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Ashley Brown
(ashleyb) - F
opinions on my clothing and sleep system wanted! on 12/22/2008 18:56:29 MST Print View

Main components (clothing):
---------------------------

* Patagonia R1 flash pullover 10oz
* Patagonia Houdini 3.7oz
* Montbell UL Down Inner Jacket 6.9oz
-or- Alpine Light Down Jacket 11.3oz
* Outdoor Research celestial (paclite) jacket 9.6oz
* Golite Reed Pants 6oz
* Baselayer top... ? (not decided yet)
* Zip-off pants (not decided which yet)

Above are the main components of my proposed clothing system for 3 season use, where early morning and evening temperatures are above 32F (although it might occasionally get below freezing during the night).

On a short trip I would probably ditch the celestial jacket and houdini and replace them with driducks.

The main thing I want feedback on is whether the R1 pullover + down inner jacket combo is a good one. Total weight is around 18oz (I think the R1 is a bit heavier than listed), and I could instead just get a Montbell alpine light down jacket (11.3oz) and ditch the R1 pullover. It would no doubt be warmer for lounging around camp, but I would lose a fair bit of flexibility when hiking. From an UL perspective the R1 pullover seems pretty heavy. What do you think?

The other main question actually concerns my sleep system. I currently own a WM ultralite (rated to 20 degrees) but have been thinking that maybe I should trade it in and get a summerlite instead. I want to be comfortable in temps down to 20F, but it won't happen very often and mostly nighttime temps will be around 25-35 I should think. I could wear the down inner jacket and R1 pullover inside the summerlite to give it a boost. Do you think this would get me down to 20 degrees? I think I might need an extra layer for my legs...

Last question... I'm guessing that it might actually be a good idea to go with the MB inner parka rather than the jacket. I don't much like wearing hats or beanies even when it is cold, but I guess it would be useful if I decide to "downgrade" my bag to the summerlite and want a bit of extra warmth around my head during the night.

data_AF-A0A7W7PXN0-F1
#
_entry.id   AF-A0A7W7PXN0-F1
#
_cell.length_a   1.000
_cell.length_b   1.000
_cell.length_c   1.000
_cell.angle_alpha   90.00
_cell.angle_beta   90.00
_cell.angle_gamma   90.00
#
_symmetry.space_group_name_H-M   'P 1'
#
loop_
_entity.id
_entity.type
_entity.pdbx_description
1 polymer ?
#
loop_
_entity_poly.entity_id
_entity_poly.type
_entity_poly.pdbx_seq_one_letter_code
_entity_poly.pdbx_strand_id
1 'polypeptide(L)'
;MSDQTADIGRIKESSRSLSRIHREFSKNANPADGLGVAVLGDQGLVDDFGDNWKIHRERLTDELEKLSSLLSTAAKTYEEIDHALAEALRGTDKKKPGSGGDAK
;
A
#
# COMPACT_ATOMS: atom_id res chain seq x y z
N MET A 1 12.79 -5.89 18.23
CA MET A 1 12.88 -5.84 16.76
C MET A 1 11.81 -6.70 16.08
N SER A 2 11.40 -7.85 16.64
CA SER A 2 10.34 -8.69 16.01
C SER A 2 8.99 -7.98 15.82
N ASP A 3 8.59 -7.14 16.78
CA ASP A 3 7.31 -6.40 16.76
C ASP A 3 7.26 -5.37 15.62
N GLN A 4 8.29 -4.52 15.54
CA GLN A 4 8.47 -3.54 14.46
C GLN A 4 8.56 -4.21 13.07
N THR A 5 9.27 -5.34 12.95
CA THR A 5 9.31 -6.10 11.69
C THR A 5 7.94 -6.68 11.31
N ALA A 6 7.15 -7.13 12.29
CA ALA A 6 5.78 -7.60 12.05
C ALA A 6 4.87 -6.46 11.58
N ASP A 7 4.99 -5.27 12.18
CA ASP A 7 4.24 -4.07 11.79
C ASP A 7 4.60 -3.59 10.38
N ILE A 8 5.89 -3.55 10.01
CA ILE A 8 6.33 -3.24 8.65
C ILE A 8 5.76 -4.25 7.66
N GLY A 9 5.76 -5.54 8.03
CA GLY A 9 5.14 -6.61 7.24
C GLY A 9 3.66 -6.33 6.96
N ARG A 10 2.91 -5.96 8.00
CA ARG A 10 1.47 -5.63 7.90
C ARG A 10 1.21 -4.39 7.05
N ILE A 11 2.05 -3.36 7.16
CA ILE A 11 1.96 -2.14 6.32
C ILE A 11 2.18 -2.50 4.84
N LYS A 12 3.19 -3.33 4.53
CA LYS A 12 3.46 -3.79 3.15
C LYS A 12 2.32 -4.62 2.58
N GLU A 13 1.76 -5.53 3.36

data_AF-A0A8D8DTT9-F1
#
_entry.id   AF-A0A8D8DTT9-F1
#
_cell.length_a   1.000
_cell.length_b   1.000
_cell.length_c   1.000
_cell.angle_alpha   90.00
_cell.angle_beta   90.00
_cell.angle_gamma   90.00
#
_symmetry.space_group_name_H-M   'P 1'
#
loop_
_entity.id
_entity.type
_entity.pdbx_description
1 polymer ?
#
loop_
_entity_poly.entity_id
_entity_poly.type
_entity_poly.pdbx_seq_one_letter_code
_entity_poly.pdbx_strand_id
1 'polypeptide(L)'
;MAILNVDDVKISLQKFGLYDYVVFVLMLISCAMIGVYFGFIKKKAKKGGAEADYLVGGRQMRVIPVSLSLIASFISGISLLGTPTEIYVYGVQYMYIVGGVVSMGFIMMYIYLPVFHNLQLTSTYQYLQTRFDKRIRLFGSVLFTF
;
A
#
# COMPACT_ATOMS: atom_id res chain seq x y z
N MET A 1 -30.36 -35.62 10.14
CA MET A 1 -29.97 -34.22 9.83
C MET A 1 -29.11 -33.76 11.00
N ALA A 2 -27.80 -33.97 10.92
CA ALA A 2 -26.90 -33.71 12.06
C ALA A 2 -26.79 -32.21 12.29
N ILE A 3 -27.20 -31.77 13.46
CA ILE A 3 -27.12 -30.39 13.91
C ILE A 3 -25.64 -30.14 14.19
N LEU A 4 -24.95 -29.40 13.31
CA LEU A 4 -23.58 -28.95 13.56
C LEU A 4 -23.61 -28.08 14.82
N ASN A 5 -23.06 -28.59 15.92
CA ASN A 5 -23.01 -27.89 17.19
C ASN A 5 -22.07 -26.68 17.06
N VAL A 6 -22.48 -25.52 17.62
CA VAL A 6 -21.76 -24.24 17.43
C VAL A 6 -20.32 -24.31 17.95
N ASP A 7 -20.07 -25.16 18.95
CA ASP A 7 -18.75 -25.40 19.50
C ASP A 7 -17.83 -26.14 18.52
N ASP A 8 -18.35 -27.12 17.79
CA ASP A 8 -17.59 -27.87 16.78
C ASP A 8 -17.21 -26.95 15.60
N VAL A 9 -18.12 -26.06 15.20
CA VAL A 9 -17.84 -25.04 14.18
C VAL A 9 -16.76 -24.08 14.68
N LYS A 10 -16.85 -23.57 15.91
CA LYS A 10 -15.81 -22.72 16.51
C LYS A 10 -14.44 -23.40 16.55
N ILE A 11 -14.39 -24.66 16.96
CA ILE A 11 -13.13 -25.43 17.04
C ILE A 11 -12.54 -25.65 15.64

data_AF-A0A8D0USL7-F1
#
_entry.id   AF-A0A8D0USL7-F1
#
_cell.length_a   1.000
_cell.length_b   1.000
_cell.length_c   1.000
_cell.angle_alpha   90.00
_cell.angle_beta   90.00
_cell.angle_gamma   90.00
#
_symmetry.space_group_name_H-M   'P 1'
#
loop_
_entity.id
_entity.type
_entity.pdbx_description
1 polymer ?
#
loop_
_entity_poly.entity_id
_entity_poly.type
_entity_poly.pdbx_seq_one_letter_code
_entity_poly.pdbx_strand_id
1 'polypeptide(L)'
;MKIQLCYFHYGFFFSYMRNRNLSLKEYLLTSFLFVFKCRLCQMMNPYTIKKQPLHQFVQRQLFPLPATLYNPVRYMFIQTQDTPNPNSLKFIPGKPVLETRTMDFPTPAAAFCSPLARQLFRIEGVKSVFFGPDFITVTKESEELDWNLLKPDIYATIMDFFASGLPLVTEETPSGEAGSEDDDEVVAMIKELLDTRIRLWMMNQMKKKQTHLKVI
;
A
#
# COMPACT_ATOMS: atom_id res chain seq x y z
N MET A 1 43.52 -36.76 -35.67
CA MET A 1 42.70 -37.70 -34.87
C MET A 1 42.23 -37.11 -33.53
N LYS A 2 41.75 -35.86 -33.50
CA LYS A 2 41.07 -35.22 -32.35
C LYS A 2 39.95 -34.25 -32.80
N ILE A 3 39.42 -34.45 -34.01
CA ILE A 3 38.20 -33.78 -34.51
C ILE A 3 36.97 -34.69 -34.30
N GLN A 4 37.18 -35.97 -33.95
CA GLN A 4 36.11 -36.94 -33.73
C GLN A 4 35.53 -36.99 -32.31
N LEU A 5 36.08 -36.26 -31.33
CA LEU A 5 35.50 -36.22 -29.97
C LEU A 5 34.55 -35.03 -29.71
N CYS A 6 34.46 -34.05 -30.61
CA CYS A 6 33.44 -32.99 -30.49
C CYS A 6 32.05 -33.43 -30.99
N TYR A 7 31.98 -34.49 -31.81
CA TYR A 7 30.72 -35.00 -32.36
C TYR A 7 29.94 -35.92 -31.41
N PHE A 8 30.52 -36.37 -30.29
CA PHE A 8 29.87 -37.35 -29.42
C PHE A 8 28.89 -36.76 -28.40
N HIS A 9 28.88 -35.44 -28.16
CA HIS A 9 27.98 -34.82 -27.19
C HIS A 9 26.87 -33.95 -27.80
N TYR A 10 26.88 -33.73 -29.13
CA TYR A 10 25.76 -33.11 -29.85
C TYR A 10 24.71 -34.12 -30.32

Any comments or suggestions welcome. I'll eventually get around to posting a complete gear list, but the clothing and sleeping bag system is the most difficult part for me to decide on at the moment. Thanks!

Edited by ashleyb on 12/22/2008 18:58:39 MST.

Nate Meinzer
(Rezniem) - F

Locale: San Francisco
Bump on 12/23/2008 02:23:19 MST Print View

bumping this as I'm curious what people think about your system too...I have been considering the same products/issues for a JMT hike next summer.

Jamie Shortt
(jshortt) - MLife

Locale: North Carolina
opinions on my clothing and sleep system wanted! on 12/23/2008 05:21:02 MST Print View

Ashley, Here is the setup I use in extremely similar conditions...expected low around freezing, minimum low of 20 degrees (which I have used this system at).

Worn:
REI Lightweight MTS Long-Sleeve Zip-T - 6.60 oz
Columbia Silver Ridge Convertible Pants - 13.25 oz
ExOfficio Boxer Briefs - 2.80 oz
Smart Wool PHD Mini Crew - 2.20 oz
Columbia Booney Hat - 2.75 oz

Extra (when using poncho tarp):
Golite Wisp Windshirt - 2.85 oz
Mont-Bell UL Down Jacket - 6.90 oz
REI Oslo Gloves (90/10 Poly/Wool) - 1.40 oz
Fleece Cap - 1.40 oz

Extra (when using regular tarp):
drop winshirt